Since Roger Vangheluwe resigned last April as bishop of Bruges, hundreds of victims have come forward, many with harrowing testimony, and last year a report by an internal commission set up by the church said that 13 people were believed to have committed suicide as a result of sex abuse. The police inquiry in Belgium provoked international controversy, and condemnation from the Vatican, when the church headquarters in Mechelen was raided in June last year and the tomb of a cardinal was disturbed in an unsuccessful hunt for proof of a cover-up. The police investigations into the abuse scandal continue.

Last September the head of Belgium’s Roman Catholic Church, Archbishop André-Joseph Léonard, acknowledged the scale of the scandal and promised to engage further with victims. But he disappointed groups representing those who say they were abused by failing to offer compensation to the victims or to make substantial promises about further pursuing the perpetrators. At the time, Archbishop Léonard said that suffering had caused a “shiver” to run through the church, but that it was too soon for a detailed response to the crisis.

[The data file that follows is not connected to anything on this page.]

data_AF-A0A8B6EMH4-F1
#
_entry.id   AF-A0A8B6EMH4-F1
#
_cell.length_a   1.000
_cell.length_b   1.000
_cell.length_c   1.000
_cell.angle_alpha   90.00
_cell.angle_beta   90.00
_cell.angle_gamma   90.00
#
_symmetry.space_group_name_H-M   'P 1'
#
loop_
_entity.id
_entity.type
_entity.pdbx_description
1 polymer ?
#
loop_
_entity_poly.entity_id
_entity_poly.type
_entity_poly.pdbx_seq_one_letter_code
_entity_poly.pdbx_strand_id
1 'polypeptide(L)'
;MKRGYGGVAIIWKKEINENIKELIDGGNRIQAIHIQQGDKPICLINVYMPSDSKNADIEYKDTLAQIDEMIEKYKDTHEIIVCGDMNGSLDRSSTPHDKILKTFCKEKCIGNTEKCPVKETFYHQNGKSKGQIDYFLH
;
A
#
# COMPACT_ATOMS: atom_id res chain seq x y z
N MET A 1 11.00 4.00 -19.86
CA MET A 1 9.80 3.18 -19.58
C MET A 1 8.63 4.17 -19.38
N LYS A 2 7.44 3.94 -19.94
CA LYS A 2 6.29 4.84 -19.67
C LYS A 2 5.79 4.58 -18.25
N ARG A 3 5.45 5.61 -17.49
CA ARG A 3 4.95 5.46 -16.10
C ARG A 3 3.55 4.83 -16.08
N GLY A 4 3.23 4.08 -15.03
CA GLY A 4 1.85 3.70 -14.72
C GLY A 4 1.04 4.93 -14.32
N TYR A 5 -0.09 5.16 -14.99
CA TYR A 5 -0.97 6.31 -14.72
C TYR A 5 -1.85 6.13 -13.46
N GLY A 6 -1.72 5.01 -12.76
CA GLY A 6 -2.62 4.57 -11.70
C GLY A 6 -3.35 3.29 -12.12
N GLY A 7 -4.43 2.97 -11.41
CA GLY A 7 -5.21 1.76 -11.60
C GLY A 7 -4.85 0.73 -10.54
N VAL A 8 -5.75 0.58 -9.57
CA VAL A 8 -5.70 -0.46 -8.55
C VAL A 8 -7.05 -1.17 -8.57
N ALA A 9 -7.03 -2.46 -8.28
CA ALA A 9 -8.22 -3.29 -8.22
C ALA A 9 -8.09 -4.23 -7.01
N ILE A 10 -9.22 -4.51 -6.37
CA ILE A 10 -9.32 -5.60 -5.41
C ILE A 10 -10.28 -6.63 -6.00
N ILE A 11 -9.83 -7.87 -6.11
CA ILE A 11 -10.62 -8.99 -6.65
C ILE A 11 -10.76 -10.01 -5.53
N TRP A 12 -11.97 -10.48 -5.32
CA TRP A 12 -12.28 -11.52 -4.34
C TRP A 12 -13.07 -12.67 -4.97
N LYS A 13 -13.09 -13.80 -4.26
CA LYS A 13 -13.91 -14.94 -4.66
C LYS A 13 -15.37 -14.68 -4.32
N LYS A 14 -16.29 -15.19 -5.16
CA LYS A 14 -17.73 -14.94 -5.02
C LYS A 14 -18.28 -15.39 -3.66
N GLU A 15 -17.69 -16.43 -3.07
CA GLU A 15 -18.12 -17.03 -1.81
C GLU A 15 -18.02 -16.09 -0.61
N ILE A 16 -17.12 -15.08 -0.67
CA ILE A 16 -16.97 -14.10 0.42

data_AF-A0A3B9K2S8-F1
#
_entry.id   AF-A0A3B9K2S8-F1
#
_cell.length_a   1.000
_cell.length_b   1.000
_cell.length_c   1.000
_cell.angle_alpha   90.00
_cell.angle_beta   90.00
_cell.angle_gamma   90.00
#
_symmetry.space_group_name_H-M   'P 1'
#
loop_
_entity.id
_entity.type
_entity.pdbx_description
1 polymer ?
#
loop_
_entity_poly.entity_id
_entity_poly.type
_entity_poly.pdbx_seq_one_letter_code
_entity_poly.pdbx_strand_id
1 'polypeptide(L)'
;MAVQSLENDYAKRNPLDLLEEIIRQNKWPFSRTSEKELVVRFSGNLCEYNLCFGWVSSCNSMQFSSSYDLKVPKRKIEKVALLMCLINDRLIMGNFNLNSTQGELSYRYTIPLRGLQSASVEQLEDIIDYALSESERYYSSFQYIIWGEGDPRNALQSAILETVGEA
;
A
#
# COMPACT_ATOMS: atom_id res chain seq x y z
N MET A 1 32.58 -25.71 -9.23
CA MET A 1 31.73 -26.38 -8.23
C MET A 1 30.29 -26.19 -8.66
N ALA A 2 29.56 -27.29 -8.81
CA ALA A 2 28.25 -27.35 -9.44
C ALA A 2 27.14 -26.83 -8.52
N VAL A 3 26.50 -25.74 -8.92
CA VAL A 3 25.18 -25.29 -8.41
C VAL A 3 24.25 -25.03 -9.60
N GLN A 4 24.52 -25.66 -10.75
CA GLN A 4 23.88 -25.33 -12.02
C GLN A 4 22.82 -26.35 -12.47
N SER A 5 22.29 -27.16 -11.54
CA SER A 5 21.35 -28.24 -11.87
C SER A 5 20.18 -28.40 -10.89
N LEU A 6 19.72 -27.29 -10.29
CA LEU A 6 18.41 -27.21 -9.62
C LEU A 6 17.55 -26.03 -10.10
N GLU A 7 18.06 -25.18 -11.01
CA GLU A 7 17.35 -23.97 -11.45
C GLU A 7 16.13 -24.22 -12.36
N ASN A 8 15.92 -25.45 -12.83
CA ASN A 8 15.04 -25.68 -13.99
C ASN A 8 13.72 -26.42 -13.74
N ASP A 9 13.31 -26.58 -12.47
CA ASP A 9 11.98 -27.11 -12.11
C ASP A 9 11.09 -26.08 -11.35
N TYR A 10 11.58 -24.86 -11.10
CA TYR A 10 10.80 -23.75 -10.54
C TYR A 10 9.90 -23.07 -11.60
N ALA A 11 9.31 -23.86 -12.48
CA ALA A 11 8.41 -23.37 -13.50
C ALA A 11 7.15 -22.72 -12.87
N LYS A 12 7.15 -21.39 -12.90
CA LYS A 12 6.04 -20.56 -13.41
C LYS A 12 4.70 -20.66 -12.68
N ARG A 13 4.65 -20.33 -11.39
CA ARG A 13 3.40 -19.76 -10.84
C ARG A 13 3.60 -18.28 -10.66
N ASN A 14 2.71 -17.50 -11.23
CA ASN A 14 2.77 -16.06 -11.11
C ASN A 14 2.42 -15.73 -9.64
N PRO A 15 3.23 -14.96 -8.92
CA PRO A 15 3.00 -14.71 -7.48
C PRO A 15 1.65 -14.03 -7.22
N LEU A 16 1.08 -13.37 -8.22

The scandal shocked Belgium when Bishop Vangheluwe admitted that he had abused a boy who was later revealed to be his nephew. After his resignation Bishop Vangheluwe retreated to a Trappist monastery. He has since gone into hiding somewhere in Belgium. He is not being prosecuted because of Belgium’s statute of limitations, and the church authorities in Belgium have said it was for the Vatican to decide on any punishment for the former bishop.